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This question is indirectly about the Russian invasion of Ukraine and attempting to predict the future by studying the past.

This article claims:

Wartime land grabs tend to end badly for tyrants, historian warns

The central thesis is as follows:

“If a conquest is recognized internationally, the conqueror has a chance to hold on to new lands and bequeath them to future generations,” said Zubov.

“If, however, the world refuses to acknowledge these annexations, anschlusses, unifications, and reunifications – if the conqueror simply starts drawing new borders of their empire during a war – it all tends to end very poorly and comically if we set aside the all the blood that is spilled in the process.”

The article goes on to cite Napoleon and Hitler as examples supporting the thesis.

However, I'm wondering if there are any counterexamples? Specifically, counter examples that meet the following criteria:

  1. Dictator seizes land of another country by force.
  2. Conquest is not internationally recognized.
  3. Invaders hold the seized territory over the long term. (Let's say for two or more generations after the death of the original "conqueror").

Go back as far in history as you'd like. I'd like a comprehensive overview via multiple answers, if possible.

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  • 6
    The history stackexchange might be an even better fit for this question.
    – Trilarion
    Jun 12 at 8:23
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    I think you might be better to ask for examples that don't meet those criteria. Most countries were ruled by dictators (hereditary monarchs) until recently. International recognition was hardly a concept. And the conquerors often retained their territory for centuries. The conquest of most of Latin America in the name of the Spanish kings and queens world be one example.
    – Obie 2.0
    Jun 12 at 10:50
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    @Trilarion OK, I have retracted my close vote.
    – Alexei
    Jun 12 at 13:49
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    Maybe Alasce-Lorriane meets your requirements? en.wikipedia.org/wiki/Alsace%E2%80%93Lorraine Jun 12 at 16:50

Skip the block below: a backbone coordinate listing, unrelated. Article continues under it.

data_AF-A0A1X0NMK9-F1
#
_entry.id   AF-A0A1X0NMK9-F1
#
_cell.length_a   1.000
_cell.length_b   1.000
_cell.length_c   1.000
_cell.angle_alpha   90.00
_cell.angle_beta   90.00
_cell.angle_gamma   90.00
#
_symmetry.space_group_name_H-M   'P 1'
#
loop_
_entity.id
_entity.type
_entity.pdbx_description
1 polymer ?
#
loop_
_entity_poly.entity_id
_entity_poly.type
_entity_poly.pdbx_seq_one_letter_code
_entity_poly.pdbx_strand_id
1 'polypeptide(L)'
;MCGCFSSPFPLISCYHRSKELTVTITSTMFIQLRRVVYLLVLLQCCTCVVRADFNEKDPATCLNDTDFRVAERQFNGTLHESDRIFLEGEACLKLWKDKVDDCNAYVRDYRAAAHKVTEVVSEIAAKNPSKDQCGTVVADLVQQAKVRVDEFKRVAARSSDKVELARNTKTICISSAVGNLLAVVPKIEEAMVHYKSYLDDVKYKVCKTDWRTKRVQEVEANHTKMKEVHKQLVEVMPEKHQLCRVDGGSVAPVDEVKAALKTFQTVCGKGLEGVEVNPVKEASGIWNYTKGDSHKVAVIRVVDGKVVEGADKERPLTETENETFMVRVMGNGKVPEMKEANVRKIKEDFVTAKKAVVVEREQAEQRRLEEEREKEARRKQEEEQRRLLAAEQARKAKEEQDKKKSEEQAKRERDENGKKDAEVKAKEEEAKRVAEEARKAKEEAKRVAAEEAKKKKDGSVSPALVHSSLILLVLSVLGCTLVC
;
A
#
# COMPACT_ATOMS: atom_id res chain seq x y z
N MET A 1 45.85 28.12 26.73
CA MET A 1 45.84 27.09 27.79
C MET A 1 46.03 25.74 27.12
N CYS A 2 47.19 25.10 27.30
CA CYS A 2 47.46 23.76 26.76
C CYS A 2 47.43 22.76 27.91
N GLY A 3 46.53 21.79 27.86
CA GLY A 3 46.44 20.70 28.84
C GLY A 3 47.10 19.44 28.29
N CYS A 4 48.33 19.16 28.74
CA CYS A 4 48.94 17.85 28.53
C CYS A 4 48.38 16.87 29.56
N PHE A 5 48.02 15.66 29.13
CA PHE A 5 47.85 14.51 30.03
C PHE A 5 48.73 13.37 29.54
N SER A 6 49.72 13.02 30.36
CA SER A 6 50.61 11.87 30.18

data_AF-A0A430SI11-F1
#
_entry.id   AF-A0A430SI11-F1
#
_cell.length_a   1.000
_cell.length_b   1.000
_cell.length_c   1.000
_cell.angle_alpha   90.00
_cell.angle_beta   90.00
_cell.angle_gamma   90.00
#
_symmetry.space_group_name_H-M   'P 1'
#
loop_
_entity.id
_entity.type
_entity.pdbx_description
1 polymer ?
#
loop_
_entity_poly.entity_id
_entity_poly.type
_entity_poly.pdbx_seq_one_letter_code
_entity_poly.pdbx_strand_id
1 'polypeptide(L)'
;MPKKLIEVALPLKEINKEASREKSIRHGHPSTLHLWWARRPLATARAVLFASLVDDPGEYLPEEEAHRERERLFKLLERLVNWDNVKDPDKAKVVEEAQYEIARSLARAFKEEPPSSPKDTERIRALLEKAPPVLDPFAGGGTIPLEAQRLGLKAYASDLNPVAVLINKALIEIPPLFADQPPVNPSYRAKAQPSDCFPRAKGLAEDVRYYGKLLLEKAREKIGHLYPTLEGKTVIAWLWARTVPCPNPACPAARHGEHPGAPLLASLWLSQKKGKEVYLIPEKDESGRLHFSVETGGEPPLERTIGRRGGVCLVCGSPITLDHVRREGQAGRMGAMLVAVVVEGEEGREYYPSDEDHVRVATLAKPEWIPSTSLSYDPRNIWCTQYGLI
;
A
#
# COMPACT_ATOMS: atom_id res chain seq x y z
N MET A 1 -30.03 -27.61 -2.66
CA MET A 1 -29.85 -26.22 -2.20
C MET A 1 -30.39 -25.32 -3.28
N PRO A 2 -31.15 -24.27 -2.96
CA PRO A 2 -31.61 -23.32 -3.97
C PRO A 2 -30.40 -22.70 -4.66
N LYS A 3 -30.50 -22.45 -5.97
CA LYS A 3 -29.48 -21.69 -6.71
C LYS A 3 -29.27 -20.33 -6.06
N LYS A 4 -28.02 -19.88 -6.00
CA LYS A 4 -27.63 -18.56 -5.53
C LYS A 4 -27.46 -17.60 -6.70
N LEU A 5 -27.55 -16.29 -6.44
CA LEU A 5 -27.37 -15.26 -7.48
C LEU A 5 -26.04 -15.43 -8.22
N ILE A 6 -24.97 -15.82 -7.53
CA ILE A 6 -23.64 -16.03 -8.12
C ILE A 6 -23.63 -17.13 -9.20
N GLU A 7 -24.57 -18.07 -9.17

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    UK, very broadly: Romans, Saxons, Vikings, French. Then the UK itself went on to claim about 1/4 of the Earth's landmass, some of which it still tentatively holds to this day.
    – Tetsujin
    Jun 12 at 17:11

2 Answers 2

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Western Sahara seems to meet your requirements:

Dictator

From Wikipedia:

The Kingdom of Morocco is a monarchy with a Parliament and an independent judiciary. Morocco was an authoritarian regime according to the Democracy Index of 2014. The constitution grants the king honorific powers (among other powers); he is both the secular political leader and the "Commander of the Faithful" as a direct descendant of the Prophet Mohammed. He presides over the Council of Ministers; appoints the Prime Minister from the political party that has won the most seats in the parliamentary elections, and on recommendations from the latter, appoints the members of the government. The constitution of 1996 theoretically allowed the king to terminate the tenure of any minister, and after consultation with the heads of the higher and lower Assemblies, to dissolve the Parliament, suspend the constitution, call for new elections, or rule by decree.

seizes land of another country by force

On 6 November 1975 Morocco initiated the Green March into Western Sahara; 350,000 unarmed Moroccans converged on the city of Tarfaya in southern Morocco and waited for a signal from King Hassan II of Morocco to cross the border in a peaceful march. A few days before, on 31 October, Moroccan troops invaded Western Sahara from the north.